From VLBI, scientists have learned that Earth is not the most reliable timekeeper. The planet’s rotation is slowing down overall because of tidal forces between Earth and the moon. Roughly every 100 years, the day gets about 1.4 milliseconds, or 1.4 thousandths of a second, longer. Granted, that’s about 100 or 200 times faster than the blink of an eye. But if you add up that small discrepancy every day for years and years, it can make a very big difference indeed.
“At the time of the dinosaurs, Earth completed one rotation in about 23 hours,” says MacMillan, who is a member of the VLBI team at NASA Goddard. “In the year 1820, a rotation took exactly 24 hours, or 86,400 standard seconds. Since 1820, the mean solar day has increased by about 2.5 milliseconds.”
By the 1950s, scientists had already realized that some scientific measurements and technologies demanded more precise timekeeping than Earth’s rotation could provide. So, in 1967, they officially changed the definition of a second. No longer was it based on the length of a day but on an extremely predictable measurement made of electromagnetic transitions in atoms of cesium. These “atomic clocks” based on cesium are accurate to one second in 1,400,000 years. Most people around the world rely on the time standard based on the cesium atom: Coordinated Universal Time (UTC).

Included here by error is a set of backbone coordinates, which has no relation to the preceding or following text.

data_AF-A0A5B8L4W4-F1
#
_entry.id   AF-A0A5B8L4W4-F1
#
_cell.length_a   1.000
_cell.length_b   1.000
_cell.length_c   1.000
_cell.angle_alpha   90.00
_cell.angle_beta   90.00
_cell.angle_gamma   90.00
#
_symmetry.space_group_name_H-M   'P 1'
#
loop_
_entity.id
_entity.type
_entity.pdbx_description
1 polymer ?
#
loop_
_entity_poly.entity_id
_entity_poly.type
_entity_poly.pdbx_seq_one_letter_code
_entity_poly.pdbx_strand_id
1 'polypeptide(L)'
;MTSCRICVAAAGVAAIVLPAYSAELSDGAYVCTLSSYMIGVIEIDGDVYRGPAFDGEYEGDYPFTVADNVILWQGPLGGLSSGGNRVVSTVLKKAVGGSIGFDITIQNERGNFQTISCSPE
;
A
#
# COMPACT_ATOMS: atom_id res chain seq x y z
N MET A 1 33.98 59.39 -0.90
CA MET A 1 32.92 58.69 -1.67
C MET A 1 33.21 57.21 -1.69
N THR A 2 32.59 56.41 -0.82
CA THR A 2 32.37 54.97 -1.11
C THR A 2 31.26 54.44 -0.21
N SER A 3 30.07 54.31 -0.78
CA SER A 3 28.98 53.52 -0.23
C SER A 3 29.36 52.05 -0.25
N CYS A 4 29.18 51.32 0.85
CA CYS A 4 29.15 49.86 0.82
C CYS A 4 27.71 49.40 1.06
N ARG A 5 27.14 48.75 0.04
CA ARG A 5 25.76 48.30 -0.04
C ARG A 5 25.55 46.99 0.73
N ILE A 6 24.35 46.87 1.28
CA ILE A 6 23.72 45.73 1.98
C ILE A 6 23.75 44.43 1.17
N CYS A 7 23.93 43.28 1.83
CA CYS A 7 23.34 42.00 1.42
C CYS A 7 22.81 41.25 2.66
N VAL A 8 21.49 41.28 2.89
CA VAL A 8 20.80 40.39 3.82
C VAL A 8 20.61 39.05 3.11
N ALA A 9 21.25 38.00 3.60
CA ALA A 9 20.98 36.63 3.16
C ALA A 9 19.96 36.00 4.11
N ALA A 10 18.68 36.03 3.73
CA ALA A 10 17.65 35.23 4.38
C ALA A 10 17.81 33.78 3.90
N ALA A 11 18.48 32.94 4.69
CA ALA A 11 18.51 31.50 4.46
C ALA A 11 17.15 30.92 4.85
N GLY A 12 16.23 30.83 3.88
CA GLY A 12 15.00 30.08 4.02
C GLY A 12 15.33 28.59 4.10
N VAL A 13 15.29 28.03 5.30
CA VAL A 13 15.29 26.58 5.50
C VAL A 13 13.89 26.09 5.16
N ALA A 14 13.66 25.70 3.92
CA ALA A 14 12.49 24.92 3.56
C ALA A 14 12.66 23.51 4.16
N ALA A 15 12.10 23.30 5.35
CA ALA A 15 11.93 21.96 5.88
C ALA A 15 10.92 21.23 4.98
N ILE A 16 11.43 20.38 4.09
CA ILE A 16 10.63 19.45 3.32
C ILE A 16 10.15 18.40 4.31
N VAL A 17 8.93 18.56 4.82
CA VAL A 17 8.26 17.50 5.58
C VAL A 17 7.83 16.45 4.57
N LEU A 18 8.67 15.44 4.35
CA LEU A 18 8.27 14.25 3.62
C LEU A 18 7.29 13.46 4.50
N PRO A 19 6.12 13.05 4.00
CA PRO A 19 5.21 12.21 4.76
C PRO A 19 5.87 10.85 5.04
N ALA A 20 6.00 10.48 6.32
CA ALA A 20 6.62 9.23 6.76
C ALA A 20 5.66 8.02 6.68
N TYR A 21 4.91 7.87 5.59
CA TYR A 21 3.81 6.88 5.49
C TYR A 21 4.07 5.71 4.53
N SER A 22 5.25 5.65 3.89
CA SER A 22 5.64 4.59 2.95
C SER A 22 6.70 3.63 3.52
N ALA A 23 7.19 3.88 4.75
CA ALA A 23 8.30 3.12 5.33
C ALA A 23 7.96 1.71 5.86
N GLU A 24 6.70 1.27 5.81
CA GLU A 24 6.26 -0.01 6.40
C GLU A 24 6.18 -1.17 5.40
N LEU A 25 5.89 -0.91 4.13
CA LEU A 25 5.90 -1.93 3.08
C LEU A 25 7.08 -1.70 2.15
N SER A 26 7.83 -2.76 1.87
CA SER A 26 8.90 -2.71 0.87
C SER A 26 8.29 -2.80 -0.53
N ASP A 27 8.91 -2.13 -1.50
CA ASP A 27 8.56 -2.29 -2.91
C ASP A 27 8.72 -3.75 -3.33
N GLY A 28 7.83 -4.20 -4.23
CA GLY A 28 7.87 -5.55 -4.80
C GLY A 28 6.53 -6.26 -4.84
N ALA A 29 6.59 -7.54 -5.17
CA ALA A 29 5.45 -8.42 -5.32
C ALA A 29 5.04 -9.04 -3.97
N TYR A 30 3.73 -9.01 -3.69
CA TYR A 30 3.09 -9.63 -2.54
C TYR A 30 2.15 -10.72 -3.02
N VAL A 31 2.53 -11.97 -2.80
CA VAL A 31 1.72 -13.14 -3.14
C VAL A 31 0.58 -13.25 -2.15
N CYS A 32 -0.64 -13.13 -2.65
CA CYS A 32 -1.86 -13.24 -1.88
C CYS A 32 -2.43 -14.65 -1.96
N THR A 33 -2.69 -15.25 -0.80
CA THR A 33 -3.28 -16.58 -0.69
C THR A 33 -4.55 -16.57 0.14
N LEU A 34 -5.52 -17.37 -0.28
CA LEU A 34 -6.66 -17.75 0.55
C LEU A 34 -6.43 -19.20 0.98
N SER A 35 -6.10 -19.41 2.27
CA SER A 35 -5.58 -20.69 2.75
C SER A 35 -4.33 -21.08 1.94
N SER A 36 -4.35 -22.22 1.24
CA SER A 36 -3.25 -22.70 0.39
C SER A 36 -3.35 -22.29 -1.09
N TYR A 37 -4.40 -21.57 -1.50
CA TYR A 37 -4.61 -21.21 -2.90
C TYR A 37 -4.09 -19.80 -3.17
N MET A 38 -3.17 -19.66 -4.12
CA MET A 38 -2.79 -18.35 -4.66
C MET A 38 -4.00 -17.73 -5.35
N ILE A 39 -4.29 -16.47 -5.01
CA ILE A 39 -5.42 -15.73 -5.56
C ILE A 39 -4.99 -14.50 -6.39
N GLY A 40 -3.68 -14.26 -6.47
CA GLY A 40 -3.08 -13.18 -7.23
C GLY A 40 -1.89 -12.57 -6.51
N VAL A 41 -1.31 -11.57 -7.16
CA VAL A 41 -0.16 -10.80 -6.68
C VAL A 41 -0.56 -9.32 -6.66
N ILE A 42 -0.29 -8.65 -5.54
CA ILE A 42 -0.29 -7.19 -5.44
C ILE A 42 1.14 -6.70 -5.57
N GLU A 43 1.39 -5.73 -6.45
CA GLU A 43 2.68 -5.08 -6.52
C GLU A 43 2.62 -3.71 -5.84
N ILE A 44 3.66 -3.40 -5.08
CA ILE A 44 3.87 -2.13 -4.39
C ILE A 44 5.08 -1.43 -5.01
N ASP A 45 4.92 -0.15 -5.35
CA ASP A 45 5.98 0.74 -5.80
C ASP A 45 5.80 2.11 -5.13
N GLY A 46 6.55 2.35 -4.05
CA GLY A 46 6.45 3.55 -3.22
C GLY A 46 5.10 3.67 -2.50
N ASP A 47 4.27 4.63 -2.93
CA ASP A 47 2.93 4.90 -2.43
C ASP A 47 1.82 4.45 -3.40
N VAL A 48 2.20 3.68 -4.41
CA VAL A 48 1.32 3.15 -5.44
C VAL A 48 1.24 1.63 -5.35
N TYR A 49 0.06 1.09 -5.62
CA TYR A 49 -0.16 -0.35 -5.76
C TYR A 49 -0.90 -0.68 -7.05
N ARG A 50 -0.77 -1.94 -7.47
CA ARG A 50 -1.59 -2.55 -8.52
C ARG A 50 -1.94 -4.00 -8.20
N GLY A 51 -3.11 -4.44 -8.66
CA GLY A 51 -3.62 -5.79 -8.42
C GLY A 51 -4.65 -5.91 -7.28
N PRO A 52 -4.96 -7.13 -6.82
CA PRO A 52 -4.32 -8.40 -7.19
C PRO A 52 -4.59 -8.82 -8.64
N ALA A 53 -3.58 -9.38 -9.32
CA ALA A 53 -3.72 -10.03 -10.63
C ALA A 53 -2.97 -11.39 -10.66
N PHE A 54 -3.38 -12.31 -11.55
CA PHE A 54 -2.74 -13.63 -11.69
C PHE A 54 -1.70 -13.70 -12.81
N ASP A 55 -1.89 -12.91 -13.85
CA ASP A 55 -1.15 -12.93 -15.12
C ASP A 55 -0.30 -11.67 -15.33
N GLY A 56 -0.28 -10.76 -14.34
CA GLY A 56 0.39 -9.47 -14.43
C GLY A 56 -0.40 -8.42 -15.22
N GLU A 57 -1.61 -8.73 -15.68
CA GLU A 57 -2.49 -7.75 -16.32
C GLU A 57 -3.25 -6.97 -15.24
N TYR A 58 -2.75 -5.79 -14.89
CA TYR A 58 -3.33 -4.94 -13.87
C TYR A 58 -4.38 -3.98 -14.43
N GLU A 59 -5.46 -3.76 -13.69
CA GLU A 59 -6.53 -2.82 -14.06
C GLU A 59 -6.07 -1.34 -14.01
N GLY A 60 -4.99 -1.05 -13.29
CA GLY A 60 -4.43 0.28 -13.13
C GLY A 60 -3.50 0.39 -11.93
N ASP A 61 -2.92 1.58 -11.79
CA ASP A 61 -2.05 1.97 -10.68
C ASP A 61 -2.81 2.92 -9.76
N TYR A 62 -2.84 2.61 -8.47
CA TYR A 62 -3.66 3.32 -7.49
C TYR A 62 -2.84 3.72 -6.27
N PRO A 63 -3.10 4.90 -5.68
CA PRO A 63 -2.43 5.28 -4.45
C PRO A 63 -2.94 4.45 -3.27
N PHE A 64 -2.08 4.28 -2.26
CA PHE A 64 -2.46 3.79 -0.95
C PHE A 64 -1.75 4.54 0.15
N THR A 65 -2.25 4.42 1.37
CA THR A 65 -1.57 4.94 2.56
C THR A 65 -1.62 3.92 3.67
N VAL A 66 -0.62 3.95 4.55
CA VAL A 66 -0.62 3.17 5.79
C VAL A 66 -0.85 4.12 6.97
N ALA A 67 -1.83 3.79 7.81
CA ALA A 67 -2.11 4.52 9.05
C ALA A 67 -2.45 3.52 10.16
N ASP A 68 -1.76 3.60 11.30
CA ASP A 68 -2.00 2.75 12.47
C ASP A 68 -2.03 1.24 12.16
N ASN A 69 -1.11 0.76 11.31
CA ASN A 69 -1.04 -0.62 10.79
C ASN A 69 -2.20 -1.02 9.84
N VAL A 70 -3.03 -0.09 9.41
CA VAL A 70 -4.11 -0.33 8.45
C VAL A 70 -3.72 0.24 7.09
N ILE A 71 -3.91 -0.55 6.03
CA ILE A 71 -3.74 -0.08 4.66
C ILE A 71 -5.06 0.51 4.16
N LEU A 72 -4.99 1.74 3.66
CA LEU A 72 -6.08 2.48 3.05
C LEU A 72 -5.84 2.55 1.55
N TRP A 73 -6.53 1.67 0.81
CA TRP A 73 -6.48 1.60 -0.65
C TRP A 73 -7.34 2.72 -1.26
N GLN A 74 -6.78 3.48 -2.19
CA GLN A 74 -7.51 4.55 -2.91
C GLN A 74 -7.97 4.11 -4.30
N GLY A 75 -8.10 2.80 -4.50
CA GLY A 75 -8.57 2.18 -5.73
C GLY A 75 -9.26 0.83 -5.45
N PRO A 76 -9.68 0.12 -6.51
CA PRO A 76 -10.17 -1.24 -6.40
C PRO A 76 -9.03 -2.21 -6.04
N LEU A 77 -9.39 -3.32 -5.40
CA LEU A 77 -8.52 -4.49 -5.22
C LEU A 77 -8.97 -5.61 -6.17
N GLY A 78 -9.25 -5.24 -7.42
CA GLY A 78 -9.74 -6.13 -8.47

A positive leap second will be introduced at the end of June 2012.
The sequence of dates of the UTC second markers will be:
2012 June 30, 23h 59m 59s
2012 June 30, 23h 59m 60s
2012 July 1, 0h 0m 0s
The difference between UTC and the International Atomic Time TAI is:
from 2009 January 1, 0h UTC, to 2012 July 1 0h UTC : UTC-TAI = - 34s
from 2012 July 1, 0h UTC, until further notice : UTC-TAI = - 35s
Leap seconds can be introduced in UTC at the end of the months of December
or June, depending on the evolution of UT1-TAI. Bulletin C is mailed every
six months, either to announce a time step in UTC or to confirm that there
will be no time step at the next possible date.
Sources: NASA and U.S. Naval Observatory